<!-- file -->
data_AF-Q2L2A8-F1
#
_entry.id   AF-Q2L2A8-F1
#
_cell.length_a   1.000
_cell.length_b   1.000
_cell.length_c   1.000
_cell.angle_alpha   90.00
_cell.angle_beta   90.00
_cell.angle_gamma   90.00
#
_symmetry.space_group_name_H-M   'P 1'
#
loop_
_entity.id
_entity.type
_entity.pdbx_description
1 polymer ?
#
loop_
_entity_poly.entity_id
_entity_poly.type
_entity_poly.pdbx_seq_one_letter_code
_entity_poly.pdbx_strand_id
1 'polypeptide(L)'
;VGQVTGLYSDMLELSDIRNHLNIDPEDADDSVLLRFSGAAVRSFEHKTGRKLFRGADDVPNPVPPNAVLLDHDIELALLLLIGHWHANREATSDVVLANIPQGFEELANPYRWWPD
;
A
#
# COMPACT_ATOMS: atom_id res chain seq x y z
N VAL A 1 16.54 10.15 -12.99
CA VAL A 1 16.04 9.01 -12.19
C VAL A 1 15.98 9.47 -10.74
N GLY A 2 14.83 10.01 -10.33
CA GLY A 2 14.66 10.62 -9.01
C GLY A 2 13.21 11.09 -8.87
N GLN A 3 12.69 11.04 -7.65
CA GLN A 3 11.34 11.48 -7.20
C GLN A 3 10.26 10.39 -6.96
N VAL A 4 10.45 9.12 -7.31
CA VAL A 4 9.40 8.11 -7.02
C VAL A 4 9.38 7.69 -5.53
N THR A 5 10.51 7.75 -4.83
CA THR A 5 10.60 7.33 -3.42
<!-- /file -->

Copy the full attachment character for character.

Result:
data_AF-Q2L2A8-F1
#
_entry.id   AF-Q2L2A8-F1
#
_cell.length_a   1.000
_cell.length_b   1.000
_cell.length_c   1.000
_cell.angle_alpha   90.00
_cell.angle_beta   90.00
_cell.angle_gamma   90.00
#
_symmetry.space_group_name_H-M   'P 1'
#
loop_
_entity.id
_entity.type
_entity.pdbx_description
1 polymer ?
#
loop_
_entity_poly.entity_id
_entity_poly.type
_entity_poly.pdbx_seq_one_letter_code
_entity_poly.pdbx_strand_id
1 'polypeptide(L)'
;VGQVTGLYSDMLELSDIRNHLNIDPEDADDSVLLRFSGAAVRSFEHKTGRKLFRGADDVPNPVPPNAVLLDHDIELALLLLIGHWHANREATSDVVLANIPQGFEELANPYRWWPD
;
A
#
# COMPACT_ATOMS: atom_id res chain seq x y z
N VAL A 1 16.54 10.15 -12.99
CA VAL A 1 16.04 9.01 -12.19
C VAL A 1 15.98 9.47 -10.74
N GLY A 2 14.83 10.01 -10.33
CA GLY A 2 14.66 10.62 -9.01
C GLY A 2 13.21 11.09 -8.87
N GLN A 3 12.69 11.04 -7.65
CA GLN A 3 11.34 11.48 -7.20
C GLN A 3 10.26 10.39 -6.96
N VAL A 4 10.45 9.12 -7.31
CA VAL A 4 9.40 8.11 -7.02
C VAL A 4 9.38 7.69 -5.53
N THR A 5 10.51 7.75 -4.83
CA THR A 5 10.60 7.33 -3.42